Tuesday's Tip of the Day: When Testing a Recipe for the First Time
Did you know that there are professional recipe testers and developers that test recipes for a living? These individuals work for magazines, celebrity chefs, restaurant groups, cooking schools, food blogs, and for huge corporations, like King Arthurs. I am one of those individuals and absolutely love what I do. I know you may be wondering how that could be a full time job, but think about it. When you pick up a cookbook, go to a restaurant or read the label for pie dough on the back of King Arthurs AP Flour, you expect it to be perfect. Well, someone has to take ownership of that and make sure it is tested time and time again to ensure that indeed, it is flawless and that you, the consumer, are set up for success.
Most of you will never have a desire or need to develop new recipes, but the tips I have learned through doing so professionally, can lead you to success when testing a recipe for the first time.
1. Whenever you begin a new recipe, make sure you read through the entire recipe. Does it make sense? Are the ingredients readily available or will you have to seek out specialty stores that may carry them?
2. Read through and highlight any techniques that you may not be familiar with. For example, what does “trussing a chicken” mean and how do I do that? Do I need special tools beside a nifty YouTube video?
3. Look at the time it will take to cook, marinate, bake, rest, etc., to make sure you have that time. This way, you can easily decide if that key lime pie can be enjoyed tonight or tomorrow. You cannot rush recipes!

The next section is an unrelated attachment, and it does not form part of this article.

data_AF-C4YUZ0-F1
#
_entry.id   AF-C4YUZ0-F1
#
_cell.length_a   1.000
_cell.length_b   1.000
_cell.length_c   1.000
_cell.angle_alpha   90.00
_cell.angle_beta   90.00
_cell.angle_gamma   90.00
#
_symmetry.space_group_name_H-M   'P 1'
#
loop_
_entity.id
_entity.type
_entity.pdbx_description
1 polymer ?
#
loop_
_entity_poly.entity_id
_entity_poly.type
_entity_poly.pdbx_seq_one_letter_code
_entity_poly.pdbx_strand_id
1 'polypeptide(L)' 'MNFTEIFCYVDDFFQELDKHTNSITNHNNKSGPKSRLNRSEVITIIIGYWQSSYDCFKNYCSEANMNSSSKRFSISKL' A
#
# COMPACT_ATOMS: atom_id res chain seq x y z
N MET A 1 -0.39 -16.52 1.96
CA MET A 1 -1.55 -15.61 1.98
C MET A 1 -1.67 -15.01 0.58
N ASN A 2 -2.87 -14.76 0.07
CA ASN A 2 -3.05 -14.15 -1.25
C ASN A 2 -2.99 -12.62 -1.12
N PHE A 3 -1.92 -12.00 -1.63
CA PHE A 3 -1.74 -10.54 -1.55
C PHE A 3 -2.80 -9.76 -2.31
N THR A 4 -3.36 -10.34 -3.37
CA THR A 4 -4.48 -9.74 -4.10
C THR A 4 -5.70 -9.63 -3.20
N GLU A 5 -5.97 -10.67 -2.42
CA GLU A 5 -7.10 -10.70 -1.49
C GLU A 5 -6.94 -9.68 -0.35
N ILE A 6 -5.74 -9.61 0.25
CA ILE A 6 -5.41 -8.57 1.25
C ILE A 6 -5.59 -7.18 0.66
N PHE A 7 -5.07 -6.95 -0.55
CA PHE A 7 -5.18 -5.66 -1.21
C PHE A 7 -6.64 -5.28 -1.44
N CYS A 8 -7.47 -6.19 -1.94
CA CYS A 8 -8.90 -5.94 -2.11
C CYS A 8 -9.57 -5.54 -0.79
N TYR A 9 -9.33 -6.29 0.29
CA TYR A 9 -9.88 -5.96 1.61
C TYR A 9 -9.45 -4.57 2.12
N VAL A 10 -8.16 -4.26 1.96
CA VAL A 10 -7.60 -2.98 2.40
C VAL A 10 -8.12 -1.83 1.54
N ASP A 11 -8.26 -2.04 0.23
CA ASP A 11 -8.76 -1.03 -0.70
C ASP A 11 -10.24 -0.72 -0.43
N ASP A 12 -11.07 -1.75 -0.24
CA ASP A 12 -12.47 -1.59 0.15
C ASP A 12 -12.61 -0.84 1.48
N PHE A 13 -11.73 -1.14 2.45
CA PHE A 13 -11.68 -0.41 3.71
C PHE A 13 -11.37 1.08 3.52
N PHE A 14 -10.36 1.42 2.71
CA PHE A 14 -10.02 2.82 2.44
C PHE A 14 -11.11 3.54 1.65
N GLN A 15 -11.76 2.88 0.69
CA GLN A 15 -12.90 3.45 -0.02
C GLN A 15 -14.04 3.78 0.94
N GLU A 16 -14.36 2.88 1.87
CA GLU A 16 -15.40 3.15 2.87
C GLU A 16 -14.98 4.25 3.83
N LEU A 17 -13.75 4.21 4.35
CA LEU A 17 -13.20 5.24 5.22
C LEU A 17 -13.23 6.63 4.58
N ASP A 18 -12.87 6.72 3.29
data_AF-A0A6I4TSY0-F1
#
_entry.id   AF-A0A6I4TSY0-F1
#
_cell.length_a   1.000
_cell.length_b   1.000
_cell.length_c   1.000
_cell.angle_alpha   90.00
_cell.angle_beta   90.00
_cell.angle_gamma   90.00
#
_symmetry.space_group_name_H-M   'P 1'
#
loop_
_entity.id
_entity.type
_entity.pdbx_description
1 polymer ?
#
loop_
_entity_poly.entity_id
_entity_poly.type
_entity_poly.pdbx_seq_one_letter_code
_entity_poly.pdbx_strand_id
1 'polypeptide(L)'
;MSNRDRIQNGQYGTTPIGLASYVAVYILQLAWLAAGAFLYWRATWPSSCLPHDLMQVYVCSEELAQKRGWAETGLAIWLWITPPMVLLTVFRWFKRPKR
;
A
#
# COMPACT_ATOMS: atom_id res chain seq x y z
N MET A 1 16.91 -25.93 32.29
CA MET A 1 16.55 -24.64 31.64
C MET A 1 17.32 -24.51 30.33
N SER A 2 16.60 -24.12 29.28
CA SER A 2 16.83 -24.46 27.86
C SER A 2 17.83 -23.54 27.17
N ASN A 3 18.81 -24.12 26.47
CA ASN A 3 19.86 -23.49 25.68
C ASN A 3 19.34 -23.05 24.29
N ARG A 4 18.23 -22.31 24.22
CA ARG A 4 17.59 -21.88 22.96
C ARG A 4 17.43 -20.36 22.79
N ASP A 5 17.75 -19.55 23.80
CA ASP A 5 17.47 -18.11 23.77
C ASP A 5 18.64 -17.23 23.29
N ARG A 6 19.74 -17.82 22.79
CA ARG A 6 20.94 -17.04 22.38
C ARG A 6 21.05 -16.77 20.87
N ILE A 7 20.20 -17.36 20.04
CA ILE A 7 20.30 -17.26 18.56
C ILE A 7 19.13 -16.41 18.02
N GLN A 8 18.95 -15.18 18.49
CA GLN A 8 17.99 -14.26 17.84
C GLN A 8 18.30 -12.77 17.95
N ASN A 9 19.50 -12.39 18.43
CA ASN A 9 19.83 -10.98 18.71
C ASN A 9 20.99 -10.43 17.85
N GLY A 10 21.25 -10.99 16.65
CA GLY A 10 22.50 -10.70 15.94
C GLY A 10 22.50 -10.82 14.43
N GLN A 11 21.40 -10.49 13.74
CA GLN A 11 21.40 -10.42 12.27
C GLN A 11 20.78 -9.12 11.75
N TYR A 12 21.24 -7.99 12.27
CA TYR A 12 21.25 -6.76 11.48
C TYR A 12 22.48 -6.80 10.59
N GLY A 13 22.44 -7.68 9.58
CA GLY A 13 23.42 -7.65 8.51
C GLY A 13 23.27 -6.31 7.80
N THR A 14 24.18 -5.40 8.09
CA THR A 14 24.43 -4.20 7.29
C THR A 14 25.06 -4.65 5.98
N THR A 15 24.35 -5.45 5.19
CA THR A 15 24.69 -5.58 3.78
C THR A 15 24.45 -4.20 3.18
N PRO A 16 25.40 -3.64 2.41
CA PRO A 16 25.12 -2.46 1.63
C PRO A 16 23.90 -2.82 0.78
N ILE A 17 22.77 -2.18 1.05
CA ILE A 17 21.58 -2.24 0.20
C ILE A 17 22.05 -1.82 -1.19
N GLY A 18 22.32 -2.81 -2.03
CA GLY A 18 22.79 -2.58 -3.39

4. Any special notes. Make sure you look for any side-notes that may make it easier for you to prep, cook, store, slice, serve, etc.
5. Make sure you have every ingredient. Go through the ingredient list, one ingredient at a time, and literally pull out that ingredient. Place them on a baking sheet and write down any ingredients you may not have, including equipment like cooking twine.
6. Before you start cooking, make sure you have all of your ingredients prepped per recipe specifics, pots, pans, whisk, etc. are pulled, and oven is preheated. Too often, people begin recipes only to realize they are short an egg or the 9x13 baking dish is still at their friends house from last night’s potluck.
7. Room! Make sure you have room in your fridge if something needs to marinate or on your stovetop if something needs to set after coming straight from the oven.
8. Hot mitts and kitchen towels. Make sure you have what you need to keep the kitchen tidy, organized and moving smoothly. This will no doubt keep you on point and focused. After all, “a cluttered kitchen is a cluttered mind.”
Now with that, I hope you find great success from every recipe you aspire to master. Cooking should be fun, shared with family and friends and thoroughly enjoyed around The Table Together!
Cheers to starting a new tradition around the table together!
Founder and true believer in the power of bringing people around The Table Together!